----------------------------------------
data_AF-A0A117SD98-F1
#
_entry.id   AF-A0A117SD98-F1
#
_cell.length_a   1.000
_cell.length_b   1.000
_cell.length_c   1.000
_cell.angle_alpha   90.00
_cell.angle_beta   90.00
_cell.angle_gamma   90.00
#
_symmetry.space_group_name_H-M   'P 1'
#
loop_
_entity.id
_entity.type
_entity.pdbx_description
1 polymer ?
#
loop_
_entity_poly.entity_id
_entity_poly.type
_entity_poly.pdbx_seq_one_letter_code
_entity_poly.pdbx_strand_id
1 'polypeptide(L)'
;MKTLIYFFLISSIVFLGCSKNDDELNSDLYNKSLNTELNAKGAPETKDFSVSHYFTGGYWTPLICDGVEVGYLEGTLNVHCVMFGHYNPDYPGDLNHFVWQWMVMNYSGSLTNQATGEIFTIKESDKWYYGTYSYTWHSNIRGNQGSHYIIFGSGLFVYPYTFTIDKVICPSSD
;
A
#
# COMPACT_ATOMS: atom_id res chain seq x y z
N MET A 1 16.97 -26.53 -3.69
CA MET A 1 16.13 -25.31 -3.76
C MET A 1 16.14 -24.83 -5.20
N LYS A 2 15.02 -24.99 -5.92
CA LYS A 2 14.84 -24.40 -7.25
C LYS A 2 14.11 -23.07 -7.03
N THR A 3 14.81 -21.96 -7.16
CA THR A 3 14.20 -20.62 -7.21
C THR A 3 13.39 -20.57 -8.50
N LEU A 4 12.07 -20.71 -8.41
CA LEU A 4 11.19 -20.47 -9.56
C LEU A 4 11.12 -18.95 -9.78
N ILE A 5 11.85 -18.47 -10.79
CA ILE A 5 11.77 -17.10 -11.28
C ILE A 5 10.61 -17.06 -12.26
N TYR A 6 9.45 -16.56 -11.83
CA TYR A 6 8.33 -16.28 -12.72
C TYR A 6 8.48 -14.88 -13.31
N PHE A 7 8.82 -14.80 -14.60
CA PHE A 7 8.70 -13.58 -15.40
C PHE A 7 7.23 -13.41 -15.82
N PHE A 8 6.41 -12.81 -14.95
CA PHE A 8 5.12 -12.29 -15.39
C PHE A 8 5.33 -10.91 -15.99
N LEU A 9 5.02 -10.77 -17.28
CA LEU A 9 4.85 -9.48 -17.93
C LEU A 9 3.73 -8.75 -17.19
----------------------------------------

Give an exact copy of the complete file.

data_AF-A0A117SD98-F1
#
_entry.id   AF-A0A117SD98-F1
#
_cell.length_a   1.000
_cell.length_b   1.000
_cell.length_c   1.000
_cell.angle_alpha   90.00
_cell.angle_beta   90.00
_cell.angle_gamma   90.00
#
_symmetry.space_group_name_H-M   'P 1'
#
loop_
_entity.id
_entity.type
_entity.pdbx_description
1 polymer ?
#
loop_
_entity_poly.entity_id
_entity_poly.type
_entity_poly.pdbx_seq_one_letter_code
_entity_poly.pdbx_strand_id
1 'polypeptide(L)'
;MKTLIYFFLISSIVFLGCSKNDDELNSDLYNKSLNTELNAKGAPETKDFSVSHYFTGGYWTPLICDGVEVGYLEGTLNVHCVMFGHYNPDYPGDLNHFVWQWMVMNYSGSLTNQATGEIFTIKESDKWYYGTYSYTWHSNIRGNQGSHYIIFGSGLFVYPYTFTIDKVICPSSD
;
A
#
# COMPACT_ATOMS: atom_id res chain seq x y z
N MET A 1 16.97 -26.53 -3.69
CA MET A 1 16.13 -25.31 -3.76
C MET A 1 16.14 -24.83 -5.20
N LYS A 2 15.02 -24.99 -5.92
CA LYS A 2 14.84 -24.40 -7.25
C LYS A 2 14.11 -23.07 -7.03
N THR A 3 14.81 -21.96 -7.16
CA THR A 3 14.20 -20.62 -7.21
C THR A 3 13.39 -20.57 -8.50
N LEU A 4 12.07 -20.71 -8.41
CA LEU A 4 11.19 -20.47 -9.56
C LEU A 4 11.12 -18.95 -9.78
N ILE A 5 11.85 -18.47 -10.79
CA ILE A 5 11.77 -17.10 -11.28
C ILE A 5 10.61 -17.06 -12.26
N TYR A 6 9.45 -16.56 -11.83
CA TYR A 6 8.33 -16.28 -12.72
C TYR A 6 8.48 -14.88 -13.31
N PHE A 7 8.82 -14.80 -14.60
CA PHE A 7 8.70 -13.58 -15.40
C PHE A 7 7.23 -13.41 -15.82
N PHE A 8 6.41 -12.81 -14.95
CA PHE A 8 5.12 -12.29 -15.39
C PHE A 8 5.33 -10.91 -15.99
N LEU A 9 5.02 -10.77 -17.28
CA LEU A 9 4.85 -9.48 -17.93
C LEU A 9 3.73 -8.75 -17.19